ABOUT PHOTOVOLTAIC SYSTEMS
A photovoltaic (PV) module is usually smaller than a piece of plywood. The most common type contains a collection of individual PV cells made from silicon, each producing about 0.5 volt. The cells are protected by a layer of low-iron tempered glass in an aluminum frame.
When sunlight strikes a cell, it causes the silicon to shed electrons, creating DC current.
Balance of system. An inverter changes the DC into alternating current (AC), which runs appliances, lights and other electrical equipment.
Most installations in the U.S. are grid-tied, meaning the house can draw power from either the utility grid or its PV array. When the PV cells aren’t producing enough power, the grid makes up the difference. When the array makes more than the house consumes, the electricity flows into the grid.
Off-grid systems, which require a battery bank to store power, are more expensive and more complicated.
Measuring power output. PV modules are rated by the amount of electricity they’re capable of producing, but actual performance may be less.
The rated capacity is based on ideal circumstances, with the sun providing 1000 watts per square meter. Local weather conditions and site latitude can diminish or (more rarely) enhance PV module performance.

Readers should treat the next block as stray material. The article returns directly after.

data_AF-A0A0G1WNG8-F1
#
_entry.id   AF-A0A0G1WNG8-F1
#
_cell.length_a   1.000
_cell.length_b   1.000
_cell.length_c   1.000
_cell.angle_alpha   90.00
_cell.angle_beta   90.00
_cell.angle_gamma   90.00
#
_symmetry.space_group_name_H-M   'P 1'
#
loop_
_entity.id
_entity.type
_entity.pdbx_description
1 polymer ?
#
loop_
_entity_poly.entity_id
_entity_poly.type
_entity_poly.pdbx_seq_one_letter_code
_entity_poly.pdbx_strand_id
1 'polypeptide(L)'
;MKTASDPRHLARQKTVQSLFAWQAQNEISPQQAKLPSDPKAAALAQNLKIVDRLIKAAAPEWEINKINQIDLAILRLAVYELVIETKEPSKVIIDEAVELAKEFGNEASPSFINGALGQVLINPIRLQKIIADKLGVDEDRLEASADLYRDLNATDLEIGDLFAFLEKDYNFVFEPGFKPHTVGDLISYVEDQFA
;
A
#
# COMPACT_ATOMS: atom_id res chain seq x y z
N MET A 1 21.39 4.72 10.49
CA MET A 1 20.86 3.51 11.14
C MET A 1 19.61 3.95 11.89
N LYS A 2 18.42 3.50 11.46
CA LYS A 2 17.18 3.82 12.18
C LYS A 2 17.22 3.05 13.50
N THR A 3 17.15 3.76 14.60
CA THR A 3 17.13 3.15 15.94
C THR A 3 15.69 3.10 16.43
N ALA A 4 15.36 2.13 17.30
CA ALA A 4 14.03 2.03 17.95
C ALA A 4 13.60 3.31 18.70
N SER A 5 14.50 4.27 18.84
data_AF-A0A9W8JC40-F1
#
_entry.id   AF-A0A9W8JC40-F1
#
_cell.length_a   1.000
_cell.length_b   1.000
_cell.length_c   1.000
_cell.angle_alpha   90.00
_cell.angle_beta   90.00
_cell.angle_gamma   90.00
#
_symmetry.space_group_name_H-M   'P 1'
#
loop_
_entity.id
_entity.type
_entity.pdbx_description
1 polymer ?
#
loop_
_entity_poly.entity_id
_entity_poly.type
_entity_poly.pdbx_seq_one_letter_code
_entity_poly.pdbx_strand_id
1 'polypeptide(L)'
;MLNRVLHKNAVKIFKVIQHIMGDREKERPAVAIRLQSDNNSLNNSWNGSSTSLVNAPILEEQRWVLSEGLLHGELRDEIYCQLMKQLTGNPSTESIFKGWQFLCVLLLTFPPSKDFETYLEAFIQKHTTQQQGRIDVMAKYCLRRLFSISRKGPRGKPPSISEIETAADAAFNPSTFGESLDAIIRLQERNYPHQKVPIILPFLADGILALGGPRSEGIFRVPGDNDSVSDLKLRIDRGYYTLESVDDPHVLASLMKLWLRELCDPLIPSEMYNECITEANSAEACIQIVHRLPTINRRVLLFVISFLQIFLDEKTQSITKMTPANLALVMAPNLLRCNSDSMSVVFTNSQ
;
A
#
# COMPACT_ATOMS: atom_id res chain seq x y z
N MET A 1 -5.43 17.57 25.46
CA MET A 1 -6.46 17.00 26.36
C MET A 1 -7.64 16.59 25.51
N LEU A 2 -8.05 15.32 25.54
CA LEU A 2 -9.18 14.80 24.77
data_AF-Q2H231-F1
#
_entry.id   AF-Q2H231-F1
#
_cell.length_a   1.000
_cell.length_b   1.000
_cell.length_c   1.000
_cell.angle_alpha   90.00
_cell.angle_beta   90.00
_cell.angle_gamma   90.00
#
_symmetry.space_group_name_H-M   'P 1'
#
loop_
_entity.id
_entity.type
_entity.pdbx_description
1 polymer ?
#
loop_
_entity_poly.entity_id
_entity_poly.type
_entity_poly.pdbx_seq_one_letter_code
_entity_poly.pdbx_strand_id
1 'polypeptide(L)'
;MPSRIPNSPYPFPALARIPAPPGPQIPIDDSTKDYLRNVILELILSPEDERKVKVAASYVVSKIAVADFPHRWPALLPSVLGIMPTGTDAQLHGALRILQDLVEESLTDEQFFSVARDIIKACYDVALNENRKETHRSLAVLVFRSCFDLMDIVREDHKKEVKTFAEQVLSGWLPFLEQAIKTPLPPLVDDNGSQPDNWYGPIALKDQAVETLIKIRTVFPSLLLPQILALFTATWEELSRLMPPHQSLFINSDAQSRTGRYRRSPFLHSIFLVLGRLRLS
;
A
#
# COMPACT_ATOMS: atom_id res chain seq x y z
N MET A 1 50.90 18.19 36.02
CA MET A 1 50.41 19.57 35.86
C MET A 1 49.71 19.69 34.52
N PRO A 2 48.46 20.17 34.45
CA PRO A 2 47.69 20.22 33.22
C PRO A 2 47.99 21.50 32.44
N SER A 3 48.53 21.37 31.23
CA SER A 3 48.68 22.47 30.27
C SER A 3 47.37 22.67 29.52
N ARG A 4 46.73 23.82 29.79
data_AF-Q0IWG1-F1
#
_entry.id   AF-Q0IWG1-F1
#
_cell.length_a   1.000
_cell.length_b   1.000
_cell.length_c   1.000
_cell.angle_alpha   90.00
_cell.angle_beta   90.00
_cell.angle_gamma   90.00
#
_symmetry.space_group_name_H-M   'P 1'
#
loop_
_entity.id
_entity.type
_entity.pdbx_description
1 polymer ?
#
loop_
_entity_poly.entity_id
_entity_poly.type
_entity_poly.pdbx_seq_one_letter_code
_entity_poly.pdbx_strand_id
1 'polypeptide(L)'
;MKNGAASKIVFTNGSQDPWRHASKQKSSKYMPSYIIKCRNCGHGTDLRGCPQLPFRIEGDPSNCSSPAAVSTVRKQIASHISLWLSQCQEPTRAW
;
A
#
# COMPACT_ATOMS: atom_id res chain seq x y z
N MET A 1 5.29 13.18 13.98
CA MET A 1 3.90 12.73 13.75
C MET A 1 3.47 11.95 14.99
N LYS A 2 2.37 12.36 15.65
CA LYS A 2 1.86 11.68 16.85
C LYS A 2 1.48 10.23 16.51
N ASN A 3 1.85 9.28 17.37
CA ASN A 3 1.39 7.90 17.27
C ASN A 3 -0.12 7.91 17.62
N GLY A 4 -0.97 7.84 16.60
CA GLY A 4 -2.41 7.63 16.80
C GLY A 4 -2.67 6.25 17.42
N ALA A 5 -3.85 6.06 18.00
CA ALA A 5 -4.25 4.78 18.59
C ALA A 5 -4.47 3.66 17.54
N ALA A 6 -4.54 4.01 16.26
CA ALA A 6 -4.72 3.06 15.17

Solar potential in the U.S. varies widely, from 7 kWh per square meter per day in parts of the Southwest to about 4 kWh per square meter in parts of the upper Midwest, New England and the Pacific Northwest. Where sunlight potential is lower, PV modules produce less electricity.
The National Renewable Energy Laboratory produces a solar map with details for photovoltaic potential around the U.S.
Cold days are best. The best PV weather is a very cold day when the atmosphere is crystal clear and the ground is covered with clean snow. A…